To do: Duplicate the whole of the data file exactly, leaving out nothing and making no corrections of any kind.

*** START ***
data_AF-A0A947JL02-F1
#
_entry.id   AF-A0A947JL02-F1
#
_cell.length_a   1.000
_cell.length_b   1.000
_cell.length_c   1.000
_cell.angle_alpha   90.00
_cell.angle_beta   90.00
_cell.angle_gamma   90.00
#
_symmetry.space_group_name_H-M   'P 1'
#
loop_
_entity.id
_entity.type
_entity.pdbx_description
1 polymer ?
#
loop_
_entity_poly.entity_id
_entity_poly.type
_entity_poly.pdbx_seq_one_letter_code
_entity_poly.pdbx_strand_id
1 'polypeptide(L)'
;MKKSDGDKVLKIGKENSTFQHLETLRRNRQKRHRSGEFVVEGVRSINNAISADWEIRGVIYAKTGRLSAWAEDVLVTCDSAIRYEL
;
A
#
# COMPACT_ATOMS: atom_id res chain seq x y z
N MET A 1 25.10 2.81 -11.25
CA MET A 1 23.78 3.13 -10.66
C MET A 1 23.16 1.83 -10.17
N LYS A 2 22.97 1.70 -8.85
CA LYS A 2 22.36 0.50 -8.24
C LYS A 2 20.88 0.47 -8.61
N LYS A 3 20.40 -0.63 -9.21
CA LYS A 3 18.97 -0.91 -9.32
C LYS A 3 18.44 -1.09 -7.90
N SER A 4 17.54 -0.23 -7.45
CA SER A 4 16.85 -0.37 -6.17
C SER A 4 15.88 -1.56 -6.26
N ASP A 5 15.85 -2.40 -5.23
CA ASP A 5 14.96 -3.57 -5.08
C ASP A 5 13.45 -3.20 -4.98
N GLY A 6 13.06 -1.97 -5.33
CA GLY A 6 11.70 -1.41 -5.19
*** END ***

data_AF-A0A947JL02-F1
#
_entry.id   AF-A0A947JL02-F1
#
_cell.length_a   1.000
_cell.length_b   1.000
_cell.length_c   1.000
_cell.angle_alpha   90.00
_cell.angle_beta   90.00
_cell.angle_gamma   90.00
#
_symmetry.space_group_name_H-M   'P 1'
#
loop_
_entity.id
_entity.type
_entity.pdbx_description
1 polymer ?
#
loop_
_entity_poly.entity_id
_entity_poly.type
_entity_poly.pdbx_seq_one_letter_code
_entity_poly.pdbx_strand_id
1 'polypeptide(L)'
;MKKSDGDKVLKIGKENSTFQHLETLRRNRQKRHRSGEFVVEGVRSINNAISADWEIRGVIYAKTGRLSAWAEDVLVTCDSAIRYEL
;
A
#
# COMPACT_ATOMS: atom_id res chain seq x y z
N MET A 1 25.10 2.81 -11.25
CA MET A 1 23.78 3.13 -10.66
C MET A 1 23.16 1.83 -10.17
N LYS A 2 22.97 1.70 -8.85
CA LYS A 2 22.36 0.50 -8.24
C LYS A 2 20.88 0.47 -8.61
N LYS A 3 20.40 -0.63 -9.21
CA LYS A 3 18.97 -0.91 -9.32
C LYS A 3 18.44 -1.09 -7.90
N SER A 4 17.54 -0.23 -7.45
CA SER A 4 16.85 -0.37 -6.17
C SER A 4 15.88 -1.56 -6.26
N ASP A 5 15.85 -2.40 -5.23
CA ASP A 5 14.96 -3.57 -5.08
C ASP A 5 13.45 -3.20 -4.98
N GLY A 6 13.06 -1.97 -5.33
CA GLY A 6 11.70 -1.41 -5.19